The Department of English seeks to provide for the diverse needs of its students by offering them the opportunity to read widely, to understand and enjoy what they read, and to express themselves both orally and in writing with ease, force and clarity. Through the practice of writing and the study of language and literature, the department strives to stimulate humanistic learning and the capacity to respond rationally and imaginatively to literature and the life it reflects.
Department of English
202 Andrews Hall
Lincoln NE 68588-0333
National Novel Writing Month Write-In
Do you have a great idea for a novel (or even a not-so-great one)? Do you want to write, but can't find the time or motivation? National Novel Writing Month gives writers a chance to write a novel in one month, emphasizing hard work, productivity, and letting go of your inner critic! By the end of the the month, you, too, can have a 50,000 word novel complete.
Located in Andrews Hall 115, the Writing Center welcomes all writers who would like to participate in National Novel Writing Month to come in for write-ins on every Saturday in November from 1-5 PM. A write-in is a chance to all write together in an atmosphere of encouragement and empathy. Come sit, write, and share the novel writing experience.
Writers of all levels of experience writing in every genre are welcome. Writers are encouraged to bring their laptops, and there are also computers anyone can use in the Writing Center.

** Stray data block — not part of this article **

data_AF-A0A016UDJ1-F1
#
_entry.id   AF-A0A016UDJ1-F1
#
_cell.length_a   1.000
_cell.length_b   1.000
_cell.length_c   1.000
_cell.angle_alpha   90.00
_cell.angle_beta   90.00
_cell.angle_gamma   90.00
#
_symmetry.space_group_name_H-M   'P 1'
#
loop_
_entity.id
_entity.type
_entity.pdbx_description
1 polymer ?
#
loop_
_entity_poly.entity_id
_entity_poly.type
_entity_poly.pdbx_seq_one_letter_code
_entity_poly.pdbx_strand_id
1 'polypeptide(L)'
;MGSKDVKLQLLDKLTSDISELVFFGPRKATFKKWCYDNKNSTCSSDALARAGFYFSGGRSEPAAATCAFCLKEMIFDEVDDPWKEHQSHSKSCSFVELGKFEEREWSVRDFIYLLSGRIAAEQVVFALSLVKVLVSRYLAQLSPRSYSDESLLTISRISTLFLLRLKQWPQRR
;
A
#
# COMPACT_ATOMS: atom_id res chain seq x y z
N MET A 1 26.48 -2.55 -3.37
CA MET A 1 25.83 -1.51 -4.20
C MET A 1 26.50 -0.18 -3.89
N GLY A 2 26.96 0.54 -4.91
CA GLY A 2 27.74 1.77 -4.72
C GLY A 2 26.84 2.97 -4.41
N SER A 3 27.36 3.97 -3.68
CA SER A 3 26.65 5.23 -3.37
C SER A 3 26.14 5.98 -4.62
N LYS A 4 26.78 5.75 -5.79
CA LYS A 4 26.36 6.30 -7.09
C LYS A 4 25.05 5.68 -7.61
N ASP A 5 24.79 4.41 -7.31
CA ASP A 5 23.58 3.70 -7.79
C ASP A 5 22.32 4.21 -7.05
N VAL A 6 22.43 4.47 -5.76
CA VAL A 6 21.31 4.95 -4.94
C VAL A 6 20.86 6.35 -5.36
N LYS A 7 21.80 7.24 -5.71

There will be support, community, and novel-writing fun. Come meet other novelists, share your ideas and struggles, and write together. For more information, contact Daniel Nyikos at email@example.com .
Ted Kooser's House Held Up By Trees is a 2012 New York Times Best Illustrated title.
Matt Jockers interviewed by NBC News about Data Mining:
Click here for details.
Joy Castro's literary thriller HELL OR HIGH WATER (St. Martin's, 2012), in which a journalist takes it upon herself to investigate the 800+ sex offenders still missing three years after Katrina, has been optioned for film to producers Jane Startz of Jane Startz Productions and Aida Bernal of Spellbound Entertainment who have teamed up with sisters and producing partners, Zoe and Cisely Saldana from Saldana Productions, by agent Holly Frederick at Curtis Brown, Ltd.
Ted Kooser's Poem Inspires a Film!
A short film by Dan Butler, inspired by Ted Kooser's poem "Pearl" has been making the rounds of the film festivals, and the New England Festival has put it on line.